The scenes between Affleck and Damon are dynamic and effective. They are funny and poignant, and the duo plays off each other in a pickleball-esque fashion that hasn’t been seen since Good Will Hunting. Ben Affleck excels as Phil Knight and somehow manages to walk the tightrope between confident and in charge to unsure and doubtful. You get the sense that Phil possesses a level of imposter syndrome and his actions and decisions demand constant validation. This manifests in the inevitable boardroom meeting with Jordan and his family. Phil sets it up like he’s taking his time out of his busy day because Michael is so important, but his actions are so awkward in the moment, that you can’t help but laugh and feel sympathy for Phil. Combine that with a constant tracksuit, sunglasses, and a purple sports car and Affleck’s Knight makes for a compelling and amusing character—even if Affleck’s wig doesn’t always work.

Air’s supporting cast elevates Affleck’s film to another level. Chris Tucker’s Howard White is funny and engaging. His banter with Damon had me giggling more often than not, but he also serves as a moral barometer. White is someone very cognizant and devoted to the safety and prosperity of young black athletes which adds a nuanced aspect to the character. Jason Bateman is once again his charismatic and droll self. The way he delivers lines is superb. But Bateman’s Rob also serves to remind Sonny it isn’t just about him and that Sonny’s wildcard actions will have real-life consequences for the department. These people have homes and families and it’s underscored by a phenomenal scene where Rob talks about his recent divorce and his young daughter. Chris Messina almost damn near stole the show as David Falk, Michael Jordan’s high-strung, excitable, and shark-like agent. There were a few phone conversations between him and Vaccaro that had me rolling. Hell, even character actor Matthew Maher slays as Peter Moore, the designer of the first pair of Air Jordans and the Jumpman logo. It’s amusing to have him wax philosophical about the history of shoes yet intriguing to see his passion. And Viola Davis? Well of course this queen slays once again as Deloris Jordan. She’s savvy, empathetic, and innovative. Deloris knows the greatness of her son and even has the foresight to request something (a percentage of every shoe sold) that’s never been asked before. The fact that Sonny sees the same thing she does drives that relationship.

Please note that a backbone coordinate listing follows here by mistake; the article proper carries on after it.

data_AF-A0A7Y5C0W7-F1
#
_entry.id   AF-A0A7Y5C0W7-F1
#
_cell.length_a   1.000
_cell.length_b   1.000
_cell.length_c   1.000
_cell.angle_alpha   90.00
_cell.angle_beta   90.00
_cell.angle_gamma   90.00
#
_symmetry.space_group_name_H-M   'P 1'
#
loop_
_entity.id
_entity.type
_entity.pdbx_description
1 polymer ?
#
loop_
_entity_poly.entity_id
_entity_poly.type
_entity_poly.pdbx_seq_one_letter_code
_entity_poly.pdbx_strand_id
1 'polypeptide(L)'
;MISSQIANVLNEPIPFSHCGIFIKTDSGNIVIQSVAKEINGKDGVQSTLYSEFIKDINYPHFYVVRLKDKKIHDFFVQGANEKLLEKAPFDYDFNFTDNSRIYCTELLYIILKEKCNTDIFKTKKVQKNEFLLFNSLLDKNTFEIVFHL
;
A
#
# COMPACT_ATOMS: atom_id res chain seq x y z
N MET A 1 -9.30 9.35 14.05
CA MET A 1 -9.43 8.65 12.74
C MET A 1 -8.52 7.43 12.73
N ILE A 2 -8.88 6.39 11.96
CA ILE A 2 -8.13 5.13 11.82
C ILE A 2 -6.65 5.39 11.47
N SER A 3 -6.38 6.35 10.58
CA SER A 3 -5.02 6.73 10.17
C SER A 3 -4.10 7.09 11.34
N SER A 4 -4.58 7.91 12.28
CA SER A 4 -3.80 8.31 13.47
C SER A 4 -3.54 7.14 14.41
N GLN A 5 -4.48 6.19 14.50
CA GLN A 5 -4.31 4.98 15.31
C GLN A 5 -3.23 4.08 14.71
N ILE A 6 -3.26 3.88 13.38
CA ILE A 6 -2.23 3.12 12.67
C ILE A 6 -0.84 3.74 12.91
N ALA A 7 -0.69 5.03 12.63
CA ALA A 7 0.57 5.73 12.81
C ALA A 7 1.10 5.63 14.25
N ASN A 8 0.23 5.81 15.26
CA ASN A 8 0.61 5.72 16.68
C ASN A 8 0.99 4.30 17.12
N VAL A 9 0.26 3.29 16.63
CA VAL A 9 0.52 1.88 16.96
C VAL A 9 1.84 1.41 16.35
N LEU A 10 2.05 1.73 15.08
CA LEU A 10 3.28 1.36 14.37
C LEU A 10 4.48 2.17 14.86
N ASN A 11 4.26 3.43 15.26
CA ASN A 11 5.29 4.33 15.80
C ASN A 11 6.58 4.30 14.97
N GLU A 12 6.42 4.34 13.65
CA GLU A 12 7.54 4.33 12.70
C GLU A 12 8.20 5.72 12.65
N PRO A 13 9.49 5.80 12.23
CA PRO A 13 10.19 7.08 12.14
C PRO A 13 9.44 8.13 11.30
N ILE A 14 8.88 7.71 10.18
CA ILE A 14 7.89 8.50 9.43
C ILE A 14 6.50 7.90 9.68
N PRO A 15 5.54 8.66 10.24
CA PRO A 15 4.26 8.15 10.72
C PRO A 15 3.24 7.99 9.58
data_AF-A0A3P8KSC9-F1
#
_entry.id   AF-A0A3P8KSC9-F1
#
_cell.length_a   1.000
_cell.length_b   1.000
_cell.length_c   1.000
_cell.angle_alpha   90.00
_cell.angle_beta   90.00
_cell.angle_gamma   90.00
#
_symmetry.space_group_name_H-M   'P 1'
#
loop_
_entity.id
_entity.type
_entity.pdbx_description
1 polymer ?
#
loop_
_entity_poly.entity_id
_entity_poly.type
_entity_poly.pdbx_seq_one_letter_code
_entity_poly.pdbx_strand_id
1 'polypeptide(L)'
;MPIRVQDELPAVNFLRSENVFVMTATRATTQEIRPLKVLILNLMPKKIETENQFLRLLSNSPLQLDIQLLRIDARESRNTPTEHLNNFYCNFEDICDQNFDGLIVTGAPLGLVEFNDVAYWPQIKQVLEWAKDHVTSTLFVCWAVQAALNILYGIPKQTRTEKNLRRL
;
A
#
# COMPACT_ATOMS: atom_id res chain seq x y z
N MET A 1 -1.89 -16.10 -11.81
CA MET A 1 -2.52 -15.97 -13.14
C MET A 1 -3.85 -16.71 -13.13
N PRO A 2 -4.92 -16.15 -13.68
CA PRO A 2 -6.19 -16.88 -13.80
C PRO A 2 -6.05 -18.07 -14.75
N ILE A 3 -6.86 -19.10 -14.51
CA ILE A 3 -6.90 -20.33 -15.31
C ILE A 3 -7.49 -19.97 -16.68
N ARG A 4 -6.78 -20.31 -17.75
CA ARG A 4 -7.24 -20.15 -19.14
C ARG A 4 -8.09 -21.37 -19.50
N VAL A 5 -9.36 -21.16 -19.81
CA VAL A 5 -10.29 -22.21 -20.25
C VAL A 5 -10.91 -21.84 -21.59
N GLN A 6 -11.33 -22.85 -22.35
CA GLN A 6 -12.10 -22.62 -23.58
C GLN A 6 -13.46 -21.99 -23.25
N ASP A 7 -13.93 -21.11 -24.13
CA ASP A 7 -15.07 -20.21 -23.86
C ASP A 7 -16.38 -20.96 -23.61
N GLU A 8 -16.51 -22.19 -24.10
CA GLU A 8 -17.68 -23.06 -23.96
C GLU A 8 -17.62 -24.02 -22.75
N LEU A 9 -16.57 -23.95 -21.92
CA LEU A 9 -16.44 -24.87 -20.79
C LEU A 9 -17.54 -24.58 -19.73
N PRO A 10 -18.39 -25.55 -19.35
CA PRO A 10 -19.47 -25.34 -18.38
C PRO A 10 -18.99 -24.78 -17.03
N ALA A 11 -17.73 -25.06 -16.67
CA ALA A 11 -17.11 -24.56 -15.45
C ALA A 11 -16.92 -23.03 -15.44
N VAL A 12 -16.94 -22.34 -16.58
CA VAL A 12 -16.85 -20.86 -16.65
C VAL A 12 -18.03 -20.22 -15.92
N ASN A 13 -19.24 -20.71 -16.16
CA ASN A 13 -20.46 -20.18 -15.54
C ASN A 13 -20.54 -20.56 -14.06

As great as the performances are they pale in comparison to the flawless direction of Ben Affleck. It’s been six years since Live By Night and it’s beautiful to see what he can accomplish when he’s fully invested. How the Hell did he make a movie that consists mostly of boardroom meetings and in-depth one-on-one conversations between movers and shakers, and make it this dramatic? The final boardroom scene alone carries the tension of a high-octane thriller. It’s astonishing that I had the same edge-of-my-seat feeling with Air as I did with Seven. Doesn’t hurt that Affleck has a three-time Oscar winner and frequent collaborator Robert Richardson behind the camera. Ditto editor William Goldenberg who effortlessly cuts in real-life basketball highlights. The way that he edits Sonny’s final impassioned plea to Michael Jordan hits so hard because of the editing. Also, every 1980s needle drop is sublime. Much has been made of Affleck’s decision to not have an actor play Jordan in this movie, but it absolutely works. Mind you there is an actor who plays Michael Jordan, but you never see his face and his dialogue consists mostly of “hello” and “goodbye.” This adds to the mystery and mystique of Jordan which is kind of the point.

Air isn’t a film that manages to mildly entertain at the buzzer. It is a tomahawk-slam-dunk-from-the-foul-line banger that’s bound to end up in my top ten at the end of the year and one of the best sports films in decades.

My rating system:

God Awful Blind Yourself With Acid Bad

2 Straight Garbage

3 Bad

4 Sub Par

5 Average

6 Ok

7 Good

8 Very Good

9 Great

10 A Must See

Air: 9/10